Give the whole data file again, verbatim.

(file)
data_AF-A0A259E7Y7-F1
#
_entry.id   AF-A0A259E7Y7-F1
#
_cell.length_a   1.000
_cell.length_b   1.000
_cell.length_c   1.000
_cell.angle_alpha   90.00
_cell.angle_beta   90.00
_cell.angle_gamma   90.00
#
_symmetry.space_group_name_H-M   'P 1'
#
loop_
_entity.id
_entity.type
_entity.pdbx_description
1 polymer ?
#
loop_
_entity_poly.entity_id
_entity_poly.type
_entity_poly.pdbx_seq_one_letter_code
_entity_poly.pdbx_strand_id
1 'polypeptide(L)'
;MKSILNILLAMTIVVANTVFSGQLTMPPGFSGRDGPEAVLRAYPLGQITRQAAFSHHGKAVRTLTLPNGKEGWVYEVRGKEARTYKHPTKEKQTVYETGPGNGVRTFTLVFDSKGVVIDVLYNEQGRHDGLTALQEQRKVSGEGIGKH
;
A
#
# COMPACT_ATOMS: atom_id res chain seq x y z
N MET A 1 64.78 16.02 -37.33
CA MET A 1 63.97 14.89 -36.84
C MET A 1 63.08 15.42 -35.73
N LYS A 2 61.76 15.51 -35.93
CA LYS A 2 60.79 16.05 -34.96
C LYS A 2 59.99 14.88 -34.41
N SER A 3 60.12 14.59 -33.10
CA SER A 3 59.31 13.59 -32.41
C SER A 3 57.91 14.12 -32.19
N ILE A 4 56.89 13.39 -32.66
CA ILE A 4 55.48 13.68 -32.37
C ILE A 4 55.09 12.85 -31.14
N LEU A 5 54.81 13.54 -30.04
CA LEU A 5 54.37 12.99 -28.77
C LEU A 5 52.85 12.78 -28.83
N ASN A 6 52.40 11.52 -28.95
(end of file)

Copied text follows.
data_AF-A0A259E7Y7-F1
#
_entry.id   AF-A0A259E7Y7-F1
#
_cell.length_a   1.000
_cell.length_b   1.000
_cell.length_c   1.000
_cell.angle_alpha   90.00
_cell.angle_beta   90.00
_cell.angle_gamma   90.00
#
_symmetry.space_group_name_H-M   'P 1'
#
loop_
_entity.id
_entity.type
_entity.pdbx_description
1 polymer ?
#
loop_
_entity_poly.entity_id
_entity_poly.type
_entity_poly.pdbx_seq_one_letter_code
_entity_poly.pdbx_strand_id
1 'polypeptide(L)'
;MKSILNILLAMTIVVANTVFSGQLTMPPGFSGRDGPEAVLRAYPLGQITRQAAFSHHGKAVRTLTLPNGKEGWVYEVRGKEARTYKHPTKEKQTVYETGPGNGVRTFTLVFDSKGVVIDVLYNEQGRHDGLTALQEQRKVSGEGIGKH
;
A
#
# COMPACT_ATOMS: atom_id res chain seq x y z
N MET A 1 64.78 16.02 -37.33
CA MET A 1 63.97 14.89 -36.84
C MET A 1 63.08 15.42 -35.73
N LYS A 2 61.76 15.51 -35.93
CA LYS A 2 60.79 16.05 -34.96
C LYS A 2 59.99 14.88 -34.41
N SER A 3 60.12 14.59 -33.10
CA SER A 3 59.31 13.59 -32.41
C SER A 3 57.91 14.12 -32.19
N ILE A 4 56.89 13.39 -32.66
CA ILE A 4 55.48 13.68 -32.37
C ILE A 4 55.09 12.85 -31.14
N LEU A 5 54.81 13.54 -30.04
CA LEU A 5 54.37 12.99 -28.77
C LEU A 5 52.85 12.78 -28.83
N ASN A 6 52.40 11.52 -28.95